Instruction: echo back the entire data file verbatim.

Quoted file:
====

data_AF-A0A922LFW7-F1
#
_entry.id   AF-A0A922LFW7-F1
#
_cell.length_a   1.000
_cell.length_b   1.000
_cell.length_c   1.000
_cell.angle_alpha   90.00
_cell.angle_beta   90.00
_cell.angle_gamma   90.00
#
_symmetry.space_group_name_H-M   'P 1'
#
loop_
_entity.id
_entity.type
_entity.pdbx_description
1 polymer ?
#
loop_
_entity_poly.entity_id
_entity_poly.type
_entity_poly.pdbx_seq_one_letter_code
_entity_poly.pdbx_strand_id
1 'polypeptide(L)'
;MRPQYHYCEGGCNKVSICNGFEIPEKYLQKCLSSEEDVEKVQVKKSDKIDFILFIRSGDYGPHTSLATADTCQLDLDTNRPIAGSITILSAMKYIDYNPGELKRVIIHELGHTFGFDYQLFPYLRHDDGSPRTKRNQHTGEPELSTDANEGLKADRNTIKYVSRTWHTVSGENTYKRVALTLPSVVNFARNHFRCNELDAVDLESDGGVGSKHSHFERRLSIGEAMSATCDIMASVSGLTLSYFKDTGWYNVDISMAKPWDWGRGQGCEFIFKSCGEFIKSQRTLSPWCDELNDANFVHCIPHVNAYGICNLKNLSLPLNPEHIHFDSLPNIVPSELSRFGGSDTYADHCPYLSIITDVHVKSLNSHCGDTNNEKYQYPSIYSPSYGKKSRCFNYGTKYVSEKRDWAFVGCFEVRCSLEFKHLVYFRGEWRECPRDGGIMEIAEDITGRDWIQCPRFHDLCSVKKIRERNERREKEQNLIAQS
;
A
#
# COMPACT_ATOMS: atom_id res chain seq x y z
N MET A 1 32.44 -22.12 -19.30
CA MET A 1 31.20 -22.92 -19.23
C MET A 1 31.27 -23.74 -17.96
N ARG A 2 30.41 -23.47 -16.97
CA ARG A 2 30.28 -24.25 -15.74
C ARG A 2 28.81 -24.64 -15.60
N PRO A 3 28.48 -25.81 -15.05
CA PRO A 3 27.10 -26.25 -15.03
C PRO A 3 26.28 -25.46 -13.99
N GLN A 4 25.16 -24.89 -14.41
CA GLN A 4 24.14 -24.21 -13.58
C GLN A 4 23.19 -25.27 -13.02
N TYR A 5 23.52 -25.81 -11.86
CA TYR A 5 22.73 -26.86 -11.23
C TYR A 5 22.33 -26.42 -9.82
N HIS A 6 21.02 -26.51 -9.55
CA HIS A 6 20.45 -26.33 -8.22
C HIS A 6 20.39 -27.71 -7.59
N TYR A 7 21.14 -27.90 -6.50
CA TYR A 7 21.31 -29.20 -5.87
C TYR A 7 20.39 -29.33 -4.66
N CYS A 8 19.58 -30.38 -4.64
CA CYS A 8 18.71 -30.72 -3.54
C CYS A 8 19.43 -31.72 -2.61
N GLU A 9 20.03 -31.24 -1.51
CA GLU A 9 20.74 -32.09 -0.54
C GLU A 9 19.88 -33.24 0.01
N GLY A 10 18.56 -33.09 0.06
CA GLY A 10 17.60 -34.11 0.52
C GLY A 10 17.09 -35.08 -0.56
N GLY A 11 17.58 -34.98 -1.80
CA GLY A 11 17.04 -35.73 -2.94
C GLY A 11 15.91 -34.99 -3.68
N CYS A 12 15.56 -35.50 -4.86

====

data_AF-A0A922LFW7-F1
#
_entry.id   AF-A0A922LFW7-F1
#
_cell.length_a   1.000
_cell.length_b   1.000
_cell.length_c   1.000
_cell.angle_alpha   90.00
_cell.angle_beta   90.00
_cell.angle_gamma   90.00
#
_symmetry.space_group_name_H-M   'P 1'
#
loop_
_entity.id
_entity.type
_entity.pdbx_description
1 polymer ?
#
loop_
_entity_poly.entity_id
_entity_poly.type
_entity_poly.pdbx_seq_one_letter_code
_entity_poly.pdbx_strand_id
1 'polypeptide(L)'
;MRPQYHYCEGGCNKVSICNGFEIPEKYLQKCLSSEEDVEKVQVKKSDKIDFILFIRSGDYGPHTSLATADTCQLDLDTNRPIAGSITILSAMKYIDYNPGELKRVIIHELGHTFGFDYQLFPYLRHDDGSPRTKRNQHTGEPELSTDANEGLKADRNTIKYVSRTWHTVSGENTYKRVALTLPSVVNFARNHFRCNELDAVDLESDGGVGSKHSHFERRLSIGEAMSATCDIMASVSGLTLSYFKDTGWYNVDISMAKPWDWGRGQGCEFIFKSCGEFIKSQRTLSPWCDELNDANFVHCIPHVNAYGICNLKNLSLPLNPEHIHFDSLPNIVPSELSRFGGSDTYADHCPYLSIITDVHVKSLNSHCGDTNNEKYQYPSIYSPSYGKKSRCFNYGTKYVSEKRDWAFVGCFEVRCSLEFKHLVYFRGEWRECPRDGGIMEIAEDITGRDWIQCPRFHDLCSVKKIRERNERREKEQNLIAQS
;
A
#
# COMPACT_ATOMS: atom_id res chain seq x y z
N MET A 1 32.44 -22.12 -19.30
CA MET A 1 31.20 -22.92 -19.23
C MET A 1 31.27 -23.74 -17.96
N ARG A 2 30.41 -23.47 -16.97
CA ARG A 2 30.28 -24.25 -15.74
C ARG A 2 28.81 -24.64 -15.60
N PRO A 3 28.48 -25.81 -15.05
CA PRO A 3 27.10 -26.25 -15.03
C PRO A 3 26.28 -25.46 -13.99
N GLN A 4 25.16 -24.89 -14.41
CA GLN A 4 24.14 -24.21 -13.58
C GLN A 4 23.19 -25.27 -13.02
N TYR A 5 23.52 -25.81 -11.86
CA TYR A 5 22.73 -26.86 -11.23
C TYR A 5 22.33 -26.42 -9.82
N HIS A 6 21.02 -26.51 -9.55
CA HIS A 6 20.45 -26.33 -8.22
C HIS A 6 20.39 -27.71 -7.59
N TYR A 7 21.14 -27.90 -6.50
CA TYR A 7 21.31 -29.20 -5.87
C TYR A 7 20.39 -29.33 -4.66
N CYS A 8 19.58 -30.38 -4.64
CA CYS A 8 18.71 -30.72 -3.54
C CYS A 8 19.43 -31.72 -2.61
N GLU A 9 20.03 -31.24 -1.51
CA GLU A 9 20.74 -32.09 -0.54
C GLU A 9 19.88 -33.24 0.01
N GLY A 10 18.56 -33.09 0.06
CA GLY A 10 17.60 -34.11 0.52
C GLY A 10 17.09 -35.08 -0.56
N GLY A 11 17.58 -34.98 -1.80
CA GLY A 11 17.04 -35.73 -2.94
C GLY A 11 15.91 -34.99 -3.68
N CYS A 12 15.56 -35.50 -4.86